Washington Monument, November 1, 2015. (Joe Flood via Flickr)

The first week of November is promising a nice round of Indian Summer warmth, getting us a head start on an expected overall warmer-than-normal month ahead.  A warm and wet scenario is most likely thanks to contributions from a powerful El Niño-influenced pattern that started revving up in October.  This contrasts sharply to last year’s colder and drier-than-normal November outcome.

Here is the current forecast estimate for Washington, D.C. (National Airport) for November 2015:

November average temperature forecast: 50.6 to 53.6, 1 to 4 degrees above normal (normal is 49.6 degrees).

Confidence: Medium to high on direction, but low on magnitude

November precipitation forecast: 3.5 to 4.5 inches of rain, 0.33 to 1.33 inches above normal (normal is 3.17 inches).

Confidence: Medium on direction, but low on magnitude

Here are some key factors involved in our November forecast:

Big warm start:  Temperatures are forecast with high confidence to surge well above normal for the balance of this week with very comfortable 70s. That’s going to put us on a course for a warmer than normal month that will be difficult to reverse.

Our outlook is less confident for precipitation, but the extended range model guidance offers rain events through the 6-15 day range along with mostly warm temperatures (outside of a brief cool-down late this weekend).

El Niño:  We are continuing to track one of the strongest events on record with the latest weekly data falling near or just slightly behind the biggest on record: 1997.  November and big El Niño events have had mixed results in the past as the correlation to Mid-Atlantic weather is not as strong as during the core winter period, especially for temperatures.  Most cases are wetter-than-normal as shown on the graphic below, but temperatures are more divided.

ninonovembertaketwo

The years that experienced cooler Novembers on the East Coast tended to see more active western Pacific typhoon activity as that extra energy tends to trigger a more amplified North Pacific jet stream pattern that sends cooler air masses south from Canada.  1997 was a classic case of this with three super-typhoons in late October setting the stage for a sustainable cool pattern in the Eastern U.S. (last year’s Typhoon Nuri accomplished a similar feat for our very cool November).  I include this typhoon conversation in our El Niño section because typhoons tend to be more active in the west Pacific with them.  However, right now, the situation is very quiet, which suggests that warmer years like 1982 and 2009 may be more like this one.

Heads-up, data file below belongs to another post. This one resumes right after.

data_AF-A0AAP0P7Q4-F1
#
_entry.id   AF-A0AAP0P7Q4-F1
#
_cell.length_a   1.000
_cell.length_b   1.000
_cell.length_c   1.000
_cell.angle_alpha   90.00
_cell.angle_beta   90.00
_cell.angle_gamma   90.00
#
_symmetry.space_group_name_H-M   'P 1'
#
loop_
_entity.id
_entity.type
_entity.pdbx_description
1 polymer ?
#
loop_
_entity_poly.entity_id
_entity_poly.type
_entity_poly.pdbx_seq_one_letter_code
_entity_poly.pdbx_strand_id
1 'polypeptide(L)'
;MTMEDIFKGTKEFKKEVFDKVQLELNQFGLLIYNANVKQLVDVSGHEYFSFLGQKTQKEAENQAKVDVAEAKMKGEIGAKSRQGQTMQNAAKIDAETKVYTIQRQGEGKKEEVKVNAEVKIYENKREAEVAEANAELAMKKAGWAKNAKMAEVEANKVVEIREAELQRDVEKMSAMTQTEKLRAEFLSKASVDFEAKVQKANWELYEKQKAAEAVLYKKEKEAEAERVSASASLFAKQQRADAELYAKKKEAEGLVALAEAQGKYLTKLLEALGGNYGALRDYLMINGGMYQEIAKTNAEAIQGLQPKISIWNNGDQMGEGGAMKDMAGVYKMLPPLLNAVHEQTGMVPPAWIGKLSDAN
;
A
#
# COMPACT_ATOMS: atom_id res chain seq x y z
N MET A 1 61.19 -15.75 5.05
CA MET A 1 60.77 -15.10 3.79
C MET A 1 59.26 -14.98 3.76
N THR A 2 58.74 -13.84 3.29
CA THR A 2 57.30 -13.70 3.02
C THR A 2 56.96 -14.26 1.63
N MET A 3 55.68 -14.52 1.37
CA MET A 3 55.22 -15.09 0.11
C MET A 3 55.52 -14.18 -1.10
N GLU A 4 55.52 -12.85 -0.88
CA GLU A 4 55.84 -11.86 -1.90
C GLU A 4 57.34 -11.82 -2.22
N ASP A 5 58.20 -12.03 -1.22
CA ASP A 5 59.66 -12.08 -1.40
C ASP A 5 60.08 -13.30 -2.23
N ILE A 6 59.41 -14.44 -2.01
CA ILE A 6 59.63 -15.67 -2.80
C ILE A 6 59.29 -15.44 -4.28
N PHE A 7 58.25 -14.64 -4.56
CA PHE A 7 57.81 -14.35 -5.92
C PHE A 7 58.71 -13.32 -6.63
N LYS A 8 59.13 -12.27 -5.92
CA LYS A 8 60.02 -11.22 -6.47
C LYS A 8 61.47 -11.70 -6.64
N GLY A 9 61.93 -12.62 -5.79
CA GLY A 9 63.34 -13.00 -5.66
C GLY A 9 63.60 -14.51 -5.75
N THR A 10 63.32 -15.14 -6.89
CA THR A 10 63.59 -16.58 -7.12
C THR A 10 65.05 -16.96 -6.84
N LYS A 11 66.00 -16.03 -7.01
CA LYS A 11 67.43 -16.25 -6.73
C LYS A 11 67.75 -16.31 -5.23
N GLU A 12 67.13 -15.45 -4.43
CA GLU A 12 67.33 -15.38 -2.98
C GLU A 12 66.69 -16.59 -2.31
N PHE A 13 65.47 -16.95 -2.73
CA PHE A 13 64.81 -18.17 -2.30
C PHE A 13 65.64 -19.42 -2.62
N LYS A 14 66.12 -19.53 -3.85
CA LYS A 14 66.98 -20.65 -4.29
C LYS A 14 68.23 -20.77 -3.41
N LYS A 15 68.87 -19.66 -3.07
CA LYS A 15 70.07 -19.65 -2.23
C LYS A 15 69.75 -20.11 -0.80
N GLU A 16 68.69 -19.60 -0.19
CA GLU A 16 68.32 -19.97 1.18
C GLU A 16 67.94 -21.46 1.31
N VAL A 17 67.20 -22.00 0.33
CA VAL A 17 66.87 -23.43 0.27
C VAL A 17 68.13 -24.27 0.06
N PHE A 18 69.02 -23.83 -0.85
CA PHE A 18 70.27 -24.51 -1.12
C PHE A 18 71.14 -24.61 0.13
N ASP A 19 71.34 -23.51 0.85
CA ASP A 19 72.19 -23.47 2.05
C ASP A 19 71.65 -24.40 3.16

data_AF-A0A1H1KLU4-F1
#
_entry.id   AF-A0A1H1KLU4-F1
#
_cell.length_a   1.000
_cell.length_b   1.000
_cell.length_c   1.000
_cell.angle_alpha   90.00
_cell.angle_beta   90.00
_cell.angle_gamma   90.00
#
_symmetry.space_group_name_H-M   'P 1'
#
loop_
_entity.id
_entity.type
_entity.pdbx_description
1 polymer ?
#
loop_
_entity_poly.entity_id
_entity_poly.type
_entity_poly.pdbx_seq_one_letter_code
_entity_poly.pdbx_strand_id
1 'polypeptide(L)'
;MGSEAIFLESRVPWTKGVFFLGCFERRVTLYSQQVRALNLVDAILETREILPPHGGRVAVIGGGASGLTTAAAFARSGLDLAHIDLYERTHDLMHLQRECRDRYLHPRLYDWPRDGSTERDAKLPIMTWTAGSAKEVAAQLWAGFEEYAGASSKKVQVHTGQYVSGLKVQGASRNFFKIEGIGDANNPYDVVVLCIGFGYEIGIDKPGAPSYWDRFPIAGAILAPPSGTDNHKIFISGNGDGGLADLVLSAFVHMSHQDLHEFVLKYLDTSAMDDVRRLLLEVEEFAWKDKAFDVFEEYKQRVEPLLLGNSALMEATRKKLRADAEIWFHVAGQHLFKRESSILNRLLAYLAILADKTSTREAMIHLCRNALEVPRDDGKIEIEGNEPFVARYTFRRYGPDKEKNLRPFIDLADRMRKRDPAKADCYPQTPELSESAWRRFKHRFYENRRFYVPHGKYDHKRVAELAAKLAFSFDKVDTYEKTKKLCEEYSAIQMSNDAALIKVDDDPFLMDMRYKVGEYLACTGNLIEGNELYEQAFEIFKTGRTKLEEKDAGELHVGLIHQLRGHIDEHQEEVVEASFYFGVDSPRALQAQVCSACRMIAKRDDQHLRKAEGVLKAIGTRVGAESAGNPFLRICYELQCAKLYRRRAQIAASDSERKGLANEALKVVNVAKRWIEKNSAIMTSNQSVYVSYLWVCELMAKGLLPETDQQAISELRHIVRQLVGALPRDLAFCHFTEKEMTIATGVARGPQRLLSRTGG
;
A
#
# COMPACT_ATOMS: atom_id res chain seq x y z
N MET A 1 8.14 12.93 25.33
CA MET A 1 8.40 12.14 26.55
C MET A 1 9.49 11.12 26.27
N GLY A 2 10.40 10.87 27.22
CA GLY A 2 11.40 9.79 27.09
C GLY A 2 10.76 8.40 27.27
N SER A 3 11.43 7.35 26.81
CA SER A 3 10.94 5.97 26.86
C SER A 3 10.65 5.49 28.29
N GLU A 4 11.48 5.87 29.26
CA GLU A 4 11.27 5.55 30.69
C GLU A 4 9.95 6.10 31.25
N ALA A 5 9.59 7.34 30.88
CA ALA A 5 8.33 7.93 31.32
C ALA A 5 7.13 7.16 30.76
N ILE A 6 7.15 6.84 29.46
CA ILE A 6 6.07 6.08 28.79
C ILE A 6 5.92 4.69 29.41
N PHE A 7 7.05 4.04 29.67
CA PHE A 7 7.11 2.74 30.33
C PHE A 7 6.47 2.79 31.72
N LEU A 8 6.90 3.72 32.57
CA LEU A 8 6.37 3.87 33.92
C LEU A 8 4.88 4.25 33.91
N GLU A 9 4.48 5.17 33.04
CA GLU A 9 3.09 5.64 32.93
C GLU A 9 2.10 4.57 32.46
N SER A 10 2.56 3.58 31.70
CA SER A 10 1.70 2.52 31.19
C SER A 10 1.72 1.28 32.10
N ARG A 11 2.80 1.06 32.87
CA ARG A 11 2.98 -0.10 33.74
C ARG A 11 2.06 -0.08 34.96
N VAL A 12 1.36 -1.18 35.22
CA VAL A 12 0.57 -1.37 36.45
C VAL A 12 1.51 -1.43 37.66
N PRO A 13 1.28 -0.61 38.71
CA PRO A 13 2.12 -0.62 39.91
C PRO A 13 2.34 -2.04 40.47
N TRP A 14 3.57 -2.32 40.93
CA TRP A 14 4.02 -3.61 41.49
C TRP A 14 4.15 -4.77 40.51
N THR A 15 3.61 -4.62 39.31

Long-range models:  The CFS model and the European model weekly outlooks have both been consistently favoring a warmer scenario for November.  The maps below show the NOAA CFS model for the last 40 runs- notice their wet and warm look for the East Coast. They also keep poor Texas on the very wet side of the pattern, but not as much  yet for California.


National Weather Service

The National Weather Service outlook is in strong support of this warmer-wetter thinking referencing the CFS model as well, but there is generally excellent support in other medium range models as well.   You can read the Weather Service’s November  forecast discussion here.



Review of October’s forecast – not so good

As our October outlook didn’t fare so well.  We forecast above normal temperatures and precipitation and all three area airports ended up within one degree and one inch of normal thanks to varying weather regimes and no strong pattern signal really taking hold.

October average temperature forecast: 59.5 to 61.5, 0 to 2 degrees above normal (normal is 59.5 degrees).

Actual Temperature: 58.9F, 0.6 degrees below normal. Missed the forecast window by 0.6 degrees.

October precipitation forecast: 4.0 to 4.5 inches of rain, 0.6 to 1.1 inches above normal (normal is 3.4 inches).

Actual precipitation:  3.04 inches (0.36 below normal). Missed the forecast window by 0.96 inches

While both answers were very small misses vs. expectations, both were incorrect on the sign, so a “D” is given to the October forecast.  It was a low confidence forecast, but one we ended up on the wrong side of.

Confidence is higher for November ahead, so let’s hope we can get some more passing grades.

To help better communicate the uncertainty in these monthly outlooks, I decided to add confidence descriptions to November’s outlook.

Let us know your thoughts in the comments!